Today House Energy and Commerce Committee Chairman Henry Waxman and Subcommittee on Oversight and Investigations Chairman Bart Stupak released findings on how much BP has spent on advertising since the oil disaster to Rep. Kathy Castor (D-FL) who prompted the probe.
Among the findings:
Between April 2010 and July 2010, BP spent more than $93 million on advertising. That equates to an average of $5 million a week.
That is triple the amount the company spent on advertising during the same time frame in 2009.
Castor’s office sent out the information in a news release:
Upon learning that BP has spent more than $93 million in advertising between April and July, Castor said: “BP’s extensive advertising campaign that is solely focused on polishing its corporate image in the wake of the Deepwater Horizon blowout disaster is making people angry. As small businesses, fishermen, and mom and pop motels, hotels and restaurants struggle to make ends meet, they are bombarded by BP’s corporate marketing largess day after day. BP should be doing more to address the damage to the Gulf Coast tourism industry, fishing industry, and for researchers and for the taxpayers.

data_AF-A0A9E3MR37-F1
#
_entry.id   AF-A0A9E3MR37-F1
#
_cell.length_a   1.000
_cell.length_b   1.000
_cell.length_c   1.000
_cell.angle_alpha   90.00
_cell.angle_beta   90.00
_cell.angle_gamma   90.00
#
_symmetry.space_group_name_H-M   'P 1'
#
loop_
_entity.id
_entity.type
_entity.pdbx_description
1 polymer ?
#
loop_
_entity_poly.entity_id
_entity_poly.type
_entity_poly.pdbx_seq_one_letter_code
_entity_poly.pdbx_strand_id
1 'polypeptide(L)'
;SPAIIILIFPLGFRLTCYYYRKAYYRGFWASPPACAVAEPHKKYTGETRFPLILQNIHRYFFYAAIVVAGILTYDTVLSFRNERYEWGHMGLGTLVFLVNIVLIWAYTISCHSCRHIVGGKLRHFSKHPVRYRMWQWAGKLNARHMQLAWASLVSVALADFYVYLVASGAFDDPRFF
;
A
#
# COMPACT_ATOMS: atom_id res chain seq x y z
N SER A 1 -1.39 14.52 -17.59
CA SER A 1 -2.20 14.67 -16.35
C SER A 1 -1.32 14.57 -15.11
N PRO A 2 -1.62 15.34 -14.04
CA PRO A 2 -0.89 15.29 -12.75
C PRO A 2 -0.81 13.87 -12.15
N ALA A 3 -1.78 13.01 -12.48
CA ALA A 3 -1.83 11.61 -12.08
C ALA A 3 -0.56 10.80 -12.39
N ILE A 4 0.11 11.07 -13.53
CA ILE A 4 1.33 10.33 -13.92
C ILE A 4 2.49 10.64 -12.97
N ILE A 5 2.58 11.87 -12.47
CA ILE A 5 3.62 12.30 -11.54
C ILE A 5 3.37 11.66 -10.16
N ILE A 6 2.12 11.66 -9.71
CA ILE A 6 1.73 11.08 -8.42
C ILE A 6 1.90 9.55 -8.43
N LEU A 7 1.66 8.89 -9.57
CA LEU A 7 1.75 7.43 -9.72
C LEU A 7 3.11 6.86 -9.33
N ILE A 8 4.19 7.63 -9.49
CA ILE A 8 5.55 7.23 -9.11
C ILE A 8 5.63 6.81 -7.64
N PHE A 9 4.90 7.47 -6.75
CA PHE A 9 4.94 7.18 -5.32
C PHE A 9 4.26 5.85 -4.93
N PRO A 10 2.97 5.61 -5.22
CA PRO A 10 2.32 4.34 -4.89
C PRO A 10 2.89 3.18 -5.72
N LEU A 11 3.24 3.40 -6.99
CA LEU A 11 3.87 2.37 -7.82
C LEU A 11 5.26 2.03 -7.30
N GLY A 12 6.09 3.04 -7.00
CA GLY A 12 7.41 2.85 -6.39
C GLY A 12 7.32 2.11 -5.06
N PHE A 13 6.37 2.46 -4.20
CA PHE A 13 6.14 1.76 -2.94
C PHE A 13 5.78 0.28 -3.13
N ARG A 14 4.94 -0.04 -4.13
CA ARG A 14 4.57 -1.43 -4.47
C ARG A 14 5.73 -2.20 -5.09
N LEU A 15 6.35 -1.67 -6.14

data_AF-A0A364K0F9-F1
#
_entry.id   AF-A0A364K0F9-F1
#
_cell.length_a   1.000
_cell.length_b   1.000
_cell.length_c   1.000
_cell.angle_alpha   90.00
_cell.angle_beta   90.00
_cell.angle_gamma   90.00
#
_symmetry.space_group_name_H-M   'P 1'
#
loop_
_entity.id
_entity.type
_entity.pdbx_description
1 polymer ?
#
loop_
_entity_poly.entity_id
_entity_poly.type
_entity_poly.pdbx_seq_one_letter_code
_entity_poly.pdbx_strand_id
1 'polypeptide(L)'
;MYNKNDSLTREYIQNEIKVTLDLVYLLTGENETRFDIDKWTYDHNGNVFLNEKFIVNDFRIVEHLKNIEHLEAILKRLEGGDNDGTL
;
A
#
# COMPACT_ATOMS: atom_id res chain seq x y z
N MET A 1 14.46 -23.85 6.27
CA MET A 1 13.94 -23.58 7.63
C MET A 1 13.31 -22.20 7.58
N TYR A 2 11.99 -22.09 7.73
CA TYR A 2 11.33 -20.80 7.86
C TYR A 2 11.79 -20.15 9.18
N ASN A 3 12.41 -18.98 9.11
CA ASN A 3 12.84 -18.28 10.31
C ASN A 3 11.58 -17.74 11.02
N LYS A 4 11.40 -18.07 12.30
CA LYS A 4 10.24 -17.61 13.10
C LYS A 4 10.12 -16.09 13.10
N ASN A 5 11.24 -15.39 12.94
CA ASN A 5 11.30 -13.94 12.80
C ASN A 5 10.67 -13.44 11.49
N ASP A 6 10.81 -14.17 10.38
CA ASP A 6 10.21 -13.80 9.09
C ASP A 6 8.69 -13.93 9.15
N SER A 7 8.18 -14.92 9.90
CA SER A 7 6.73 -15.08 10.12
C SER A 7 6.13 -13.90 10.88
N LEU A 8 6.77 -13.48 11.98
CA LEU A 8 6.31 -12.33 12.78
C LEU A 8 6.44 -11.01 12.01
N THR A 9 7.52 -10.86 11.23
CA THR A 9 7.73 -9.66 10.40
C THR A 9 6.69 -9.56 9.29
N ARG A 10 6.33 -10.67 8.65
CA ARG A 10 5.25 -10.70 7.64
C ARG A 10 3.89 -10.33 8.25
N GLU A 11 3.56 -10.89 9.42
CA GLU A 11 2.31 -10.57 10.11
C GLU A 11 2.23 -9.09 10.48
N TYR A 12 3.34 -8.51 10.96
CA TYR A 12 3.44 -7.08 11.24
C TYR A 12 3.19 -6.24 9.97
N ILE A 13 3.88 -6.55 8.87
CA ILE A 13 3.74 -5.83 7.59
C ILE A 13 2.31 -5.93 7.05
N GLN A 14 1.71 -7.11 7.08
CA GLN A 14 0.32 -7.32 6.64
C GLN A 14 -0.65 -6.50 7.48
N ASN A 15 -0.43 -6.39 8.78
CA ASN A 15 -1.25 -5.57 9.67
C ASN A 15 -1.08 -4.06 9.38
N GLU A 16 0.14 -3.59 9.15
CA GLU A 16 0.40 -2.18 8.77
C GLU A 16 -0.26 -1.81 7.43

“While BP’s advertising campaign ramped up, businesses and the Gulf communities struggled to deal with the costs of the disaster. While BP’s advertising campaign is being executed like clockwork, business and state claims have languished. While BP certainly has the right to advertise, its approach has been insensitive to the taxpayers and business owners harmed by the Deepwater Horizon blowout. BP should use a significant portion of its advertising dollars to ease the strain on Florida small businesses that rely on tourism. Some of the focus should be devoted to marketing and advertising to promote the beautiful, pristine beaches of Florida and give a boost to our struggling tourism economy.”
Castor also referred to Conde Nast, University of Central Florida, U.S. Travel Association and other economic impact studies that have shown the economic impact of the BP oil disaster to tourism and the state’s overall economy is projected to be in the billions of dollars.
The letter to Rep. Castor, below: